On 28th January 2022, the world celebrated the World Data Privacy Day. The day seeks to raise awareness on and promote privacy and data protection best practices. Since the publication of the General Data Protection Regulation (GDPR) by the EU in 2016 and its subsequent implementation in 2018, many countries across the world have also put in place laws and regulations to promote data privacy and protection. Kenya has also not been left behind.
The legal underpinning for the right to privacy is housed under Article 31 of the Constitution of Kenya 2010 which provides for the right to privacy and specifically, the right not to have information relating to their family or private affairs unnecessarily required or revealed. In 2019, Kenya’s National Assembly enacted the Data Protection Act whose purpose is to make provision for the regulation of the processing of personal data and to provide for the rights of data subjects and obligations of data controllers and processors, all implemented by the Office of the Data Commissioner.
Mzalendo Trust’s report on Kenya’s digital landscape published in 2020 indicated that only 34.2% of those surveyed were very familiar with the provisions of the Data Protection Act. Hopefully this number has gone up since the establishment of the Office of the Data Protection Commissioner (ODPC). However, with the nearing elections, concerns have risen over the use of personal data particularly during the campaign period.
In the recent past, Kenyans have expressed outrage after finding themselves involuntarily registered into political parties through the eCitizen platform. While it was commendable that the ORPP (following intervention by the ODPC) moved with alacrity to provide an ‘opt out’ option addressing the issue, more questions are raised as to the place and role of data protection during the electoral period. In the 2017 General Elections, reports showed that there was involvement by Cambridge Analytica, leading to the spread of fake news and misinformation. Further, many Kenyans have also complained about receiving unwanted campaign messages from aspirants.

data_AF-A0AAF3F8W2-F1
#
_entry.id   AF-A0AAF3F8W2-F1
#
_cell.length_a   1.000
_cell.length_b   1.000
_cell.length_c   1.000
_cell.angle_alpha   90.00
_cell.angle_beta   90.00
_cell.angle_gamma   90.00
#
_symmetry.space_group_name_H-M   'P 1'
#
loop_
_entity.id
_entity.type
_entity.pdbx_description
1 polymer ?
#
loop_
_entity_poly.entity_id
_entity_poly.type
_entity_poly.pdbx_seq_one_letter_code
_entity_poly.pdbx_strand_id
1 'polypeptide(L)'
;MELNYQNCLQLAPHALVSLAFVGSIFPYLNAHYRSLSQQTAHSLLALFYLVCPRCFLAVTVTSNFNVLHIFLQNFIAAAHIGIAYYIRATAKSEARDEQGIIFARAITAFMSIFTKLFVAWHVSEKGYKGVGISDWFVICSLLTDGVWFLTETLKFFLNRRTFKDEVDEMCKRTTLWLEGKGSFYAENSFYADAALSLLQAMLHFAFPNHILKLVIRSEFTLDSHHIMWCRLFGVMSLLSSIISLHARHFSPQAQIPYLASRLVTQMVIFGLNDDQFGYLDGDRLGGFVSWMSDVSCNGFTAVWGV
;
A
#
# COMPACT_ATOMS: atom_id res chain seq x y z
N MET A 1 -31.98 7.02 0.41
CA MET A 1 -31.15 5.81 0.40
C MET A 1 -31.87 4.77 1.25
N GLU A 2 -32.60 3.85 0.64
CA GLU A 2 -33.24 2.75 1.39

Data is central in every election, and with the uptake of social media to undertake digital campaigns, its importance is further heightened. Here, personal data is in reference to any information relating to an identified or identifiable natural person e.g. full name, identity card number, date of birth, gender, physical and postal address. This data is contained in many Government registries such as the Birth & Death registries, the National Social Security Fund and the National Hospital Insurance Fund. During elections, the IEBC voter registry and the ORPP membership lists are critical.
Data exploitation during the election cycle risks undermining fundamental democratic processes. Where large amounts of data are unlawfully and irregularly obtained, Kenyans are profiled based on their inferred political views and preferences, and thereafter receive targeted news and political messages designed to manipulate their views. Coupled with an electoral landscape filled with misinformation, disinformation and hate speech, the matters are worse. It raises serious queries as it brings about some of ‘democracy engineering.’
Various agencies have taken steps to address this. Under Sections 23 and 25 of the Kenya Information and Communication Act, the Communications Authority is mandated to protect the interests of all users of telecommunications services in Kenya with respect to tariffs, quality of service and availability of diverse products and services among others. In that regard, the Communications Authority of Kenya in collaboration with National Cohesion and Integration Commission (NCIC) developed guidelines in July 2017 to regulate and prevent the transmission of undesirable political content via SMS and social media platforms. The Office of the Data Protection Commissioner has also developed a Guidance Note on Processing Personal Data for Electoral Purposes that seeks to assist data controllers and data processers dealing with voters personal data, including sensitive personal data, members of political parties personal data to understand their obligations under the Data Protection Act, 2019. While not a binding document, it provides much needed guidance to the sector.
What then is the way forward? First, the Regulations (before Parliament) need to be passed to enable the Data Commissioner to operationalize the Act. This will ensure that data controllers are more careful with personal data and promote purpose limitation. Secondly, a multi-agency collaborative approach towards the protection of personal data during the electoral period would fast-track addressing of complaints and reports sent in by Kenyans. Thirdly, public awareness on the rights of data subjects and on the obligations of data controllers needs to be intensified. Further, there needs to be an independent, proactive and comprehensive data audit of the data held by IEBC to ensure that all its systems are safe. After all, technology should reinforce trust in elections, not undermine them.
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